When Erica S. Perl was a child frequent moves and her faith left her feeling like the odd man out. “We lived in a part of Rhode Island where there weren’t that many Jews that we were connected to,” Perl says. “The summer before I went into third grade we moved to Vermont, and in Vermont it was even more extreme. It wasn’t just the religious piece of it, it was my identity, the way I looked…I felt like nobody looked like me and everybody…fit in and I didn’t.” She took solace in books, and now as an author frequently addresses the issue of belonging to reach the child that somehow feels different.
Some of Perl’s fondest memories revolve around libraries. “For me wanting to write books was about the fact that I was really fixated on libraries,” she says. “I thought libraries were where all the great stuff was. I fantasized about having my name on the spine of a book in a library.” She dabbled in plays and short stories throughout high school and college, but then went to Tulane University Law School and became a public defender in New York.
Unfortunately, criminal defense work did not satisfy Perl’s creativity. “When you’re a criminal defense lawyer you have to stick to the facts,” she says. “You can’t weave fiction into your client’s story.” A night class on writing and illustrating children’s books became her creative outlet. “That opened my eyes to what the field was like and what the possibilities were.” She received encouragement from her teacher and learned about The Society of Children’s Book Writers and Illustrators (www.scbwi.org), “an organization I could join even though I wasn’t published.” Perl’s experience in the class gave her the permission she craved to study children’s books and figure out how the various elements came together.
“Long before I had kids I was obsessed with [children’s books],” Perl says. “I felt [they] were the best thing there was and I aspired to write the kinds of books that I remembered from my own childhood.” To achieve that goal, Perl connects with the kid she used to be and the kids she knows now. “I have two [daughters] of my own and spend a lot of time doing school visits and getting out there with kids.” Perl writes for a wide age range—kindergartners to young adults. “I’m always sort of thinking in my head who my reader is, what makes them tick, what they think is funny, what’s going to surprise them, so I’m always inspired by making that connection with the reader.”
For example, Chicken Butt came from the call-and-response game that kids play: You know what? Chicken butt! Perl challenged herself to create variations on the theme and planned to write an irreverent board book for parents who were tired of Pat the Bunny. But books never follow a linear creative path. Perl realized that the kids who loved chicken butt jokes were ages three through six, not the toddler set, so she scribbled more ideas in her notebook and then typed out a draft manuscript on her computer. When she printed the manuscript to edit, she realized she had a conversation in two voices, but who was talking? She didn’t know. A trip to her daughter’s preschool class clarified that Chicken Butt was actually a dialogue between parent and child that involved an escalating confrontation in which the child pushed to see how far the rules could bend without breaking.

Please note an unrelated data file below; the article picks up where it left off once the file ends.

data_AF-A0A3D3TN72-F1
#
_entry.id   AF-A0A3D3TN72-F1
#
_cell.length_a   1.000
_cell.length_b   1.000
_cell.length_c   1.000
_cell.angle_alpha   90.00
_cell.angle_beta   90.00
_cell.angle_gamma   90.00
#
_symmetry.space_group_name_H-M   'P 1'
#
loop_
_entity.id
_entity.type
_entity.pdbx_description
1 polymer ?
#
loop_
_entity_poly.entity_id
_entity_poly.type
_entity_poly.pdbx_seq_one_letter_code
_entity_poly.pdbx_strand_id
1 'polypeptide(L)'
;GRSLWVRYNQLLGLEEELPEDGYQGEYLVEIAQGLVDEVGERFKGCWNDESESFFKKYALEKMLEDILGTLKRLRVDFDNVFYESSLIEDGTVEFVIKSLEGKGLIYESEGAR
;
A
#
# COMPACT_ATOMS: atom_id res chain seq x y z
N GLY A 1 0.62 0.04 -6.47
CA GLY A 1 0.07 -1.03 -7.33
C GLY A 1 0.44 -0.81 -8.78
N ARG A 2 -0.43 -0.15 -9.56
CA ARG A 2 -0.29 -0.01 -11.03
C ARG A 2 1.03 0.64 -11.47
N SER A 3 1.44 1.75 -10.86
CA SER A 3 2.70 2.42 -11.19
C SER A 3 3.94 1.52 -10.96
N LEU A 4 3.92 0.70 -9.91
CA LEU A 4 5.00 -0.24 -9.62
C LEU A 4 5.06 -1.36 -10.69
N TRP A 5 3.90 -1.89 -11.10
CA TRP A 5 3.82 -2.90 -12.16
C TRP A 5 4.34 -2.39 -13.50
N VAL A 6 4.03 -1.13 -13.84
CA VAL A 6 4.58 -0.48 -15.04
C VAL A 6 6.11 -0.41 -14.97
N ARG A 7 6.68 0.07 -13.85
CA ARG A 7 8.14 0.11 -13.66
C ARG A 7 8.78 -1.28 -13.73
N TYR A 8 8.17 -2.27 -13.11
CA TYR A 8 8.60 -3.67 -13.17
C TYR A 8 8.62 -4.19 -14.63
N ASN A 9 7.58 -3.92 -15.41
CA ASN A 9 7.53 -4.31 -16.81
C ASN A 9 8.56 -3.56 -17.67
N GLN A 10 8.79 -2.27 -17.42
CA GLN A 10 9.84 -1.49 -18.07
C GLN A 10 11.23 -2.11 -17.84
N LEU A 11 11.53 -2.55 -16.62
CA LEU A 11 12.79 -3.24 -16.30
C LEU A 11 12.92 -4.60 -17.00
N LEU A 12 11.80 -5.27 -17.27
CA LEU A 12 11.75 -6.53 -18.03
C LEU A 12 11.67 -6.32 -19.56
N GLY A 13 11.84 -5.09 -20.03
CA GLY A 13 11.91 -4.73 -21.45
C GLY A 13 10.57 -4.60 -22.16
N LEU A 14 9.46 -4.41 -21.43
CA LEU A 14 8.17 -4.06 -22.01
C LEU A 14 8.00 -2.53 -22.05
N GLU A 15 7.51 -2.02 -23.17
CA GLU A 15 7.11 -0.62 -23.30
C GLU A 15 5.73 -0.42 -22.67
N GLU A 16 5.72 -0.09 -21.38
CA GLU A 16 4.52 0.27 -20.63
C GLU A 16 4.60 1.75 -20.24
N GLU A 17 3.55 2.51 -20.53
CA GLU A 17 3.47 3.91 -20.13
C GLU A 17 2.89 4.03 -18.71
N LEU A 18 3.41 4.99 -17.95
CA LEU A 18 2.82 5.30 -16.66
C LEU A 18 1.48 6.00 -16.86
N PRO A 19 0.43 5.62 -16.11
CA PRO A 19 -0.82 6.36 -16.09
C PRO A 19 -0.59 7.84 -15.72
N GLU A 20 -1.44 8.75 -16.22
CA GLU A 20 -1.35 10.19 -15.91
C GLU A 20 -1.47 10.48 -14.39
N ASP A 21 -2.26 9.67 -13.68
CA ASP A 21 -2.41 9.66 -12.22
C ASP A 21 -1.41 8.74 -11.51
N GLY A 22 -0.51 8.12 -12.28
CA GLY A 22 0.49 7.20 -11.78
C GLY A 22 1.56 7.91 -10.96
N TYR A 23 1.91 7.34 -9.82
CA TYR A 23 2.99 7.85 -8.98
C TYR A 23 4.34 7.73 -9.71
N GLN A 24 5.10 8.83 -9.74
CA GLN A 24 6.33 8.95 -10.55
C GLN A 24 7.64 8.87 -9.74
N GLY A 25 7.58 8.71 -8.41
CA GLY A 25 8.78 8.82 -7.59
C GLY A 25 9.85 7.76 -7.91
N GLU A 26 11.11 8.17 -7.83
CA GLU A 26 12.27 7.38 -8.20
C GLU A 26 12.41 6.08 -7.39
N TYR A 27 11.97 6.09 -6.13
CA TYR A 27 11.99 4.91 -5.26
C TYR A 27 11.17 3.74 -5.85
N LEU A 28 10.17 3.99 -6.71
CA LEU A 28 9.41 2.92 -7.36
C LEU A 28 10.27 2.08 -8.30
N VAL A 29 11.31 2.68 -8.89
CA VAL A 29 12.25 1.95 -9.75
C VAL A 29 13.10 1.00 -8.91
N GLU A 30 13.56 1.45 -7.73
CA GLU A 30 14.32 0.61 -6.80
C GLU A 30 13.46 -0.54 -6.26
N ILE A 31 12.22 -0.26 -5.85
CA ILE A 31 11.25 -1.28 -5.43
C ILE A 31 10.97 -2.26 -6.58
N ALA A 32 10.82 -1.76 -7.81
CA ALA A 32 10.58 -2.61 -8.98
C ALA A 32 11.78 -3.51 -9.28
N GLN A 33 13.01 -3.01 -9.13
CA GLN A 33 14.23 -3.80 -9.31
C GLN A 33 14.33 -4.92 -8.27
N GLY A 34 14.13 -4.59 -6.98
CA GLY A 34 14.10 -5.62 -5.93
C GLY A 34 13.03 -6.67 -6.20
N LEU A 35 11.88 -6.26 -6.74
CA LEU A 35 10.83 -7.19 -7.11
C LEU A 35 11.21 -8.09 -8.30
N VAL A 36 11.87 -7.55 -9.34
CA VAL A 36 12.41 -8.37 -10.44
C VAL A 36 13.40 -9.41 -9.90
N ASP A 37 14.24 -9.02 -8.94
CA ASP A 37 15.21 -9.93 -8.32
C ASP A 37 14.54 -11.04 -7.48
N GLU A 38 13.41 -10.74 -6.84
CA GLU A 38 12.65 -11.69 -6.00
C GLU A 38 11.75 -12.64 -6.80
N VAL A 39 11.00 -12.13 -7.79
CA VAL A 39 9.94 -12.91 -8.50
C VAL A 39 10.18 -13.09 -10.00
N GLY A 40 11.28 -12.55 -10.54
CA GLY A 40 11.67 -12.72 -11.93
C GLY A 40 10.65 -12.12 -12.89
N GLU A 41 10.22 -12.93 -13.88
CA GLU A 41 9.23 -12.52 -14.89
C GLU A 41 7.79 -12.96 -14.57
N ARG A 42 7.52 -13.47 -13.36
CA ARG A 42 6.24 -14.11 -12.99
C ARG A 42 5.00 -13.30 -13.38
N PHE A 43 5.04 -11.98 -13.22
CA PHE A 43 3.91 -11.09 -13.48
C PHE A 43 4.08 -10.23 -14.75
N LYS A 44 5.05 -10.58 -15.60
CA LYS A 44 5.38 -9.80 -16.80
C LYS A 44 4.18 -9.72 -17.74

When Perl began writing her middle-grade novel When Life Gives You O.J. she thought it was a picture book about a girl whose well-meaning grandfather gave her an inanimate object as a substitute for the live pet she craved. But the story took on a life of its own. “I realized there was so much more I wanted to put in,” Perl says. Autobiographical fragments from Perl’s life became the backdrop of the story, for example her longing for a dog and the time when her grandfather lived with the family. Although Perl used humor as her entry point, she took inspiration from authors Roald Dahl and Daniel Pinkwater and wove strong emotion and a narrative arc that added depth to the award-winning book.
Perl attempts to write every day, but intersperses the demands of writing between family and job. “I work a full nine-to-five week and try to write around that,” she says. “I write on weekends. I take vacation time to write.” She heads up the publisher and author relations team at First Book (www.firstbook.org), a non-profit organization that distributes free or low-cost books and educational resources to programs and schools serving children from low-income families throughout the United States and Canada. “My job fits very nicely with the fact that I am a writer.”
When Perl visits schools she says kids often think she knows what she’s doing because she’s published. In fact, Perl says, “I’m still trying to figure it out. With each book I’m starting new and I don’t know what I’m doing. With each story I’m trying to find my way. It’s a constant process and I hope kids understand that, but I’m having so much fun that I can’t stop doing it.”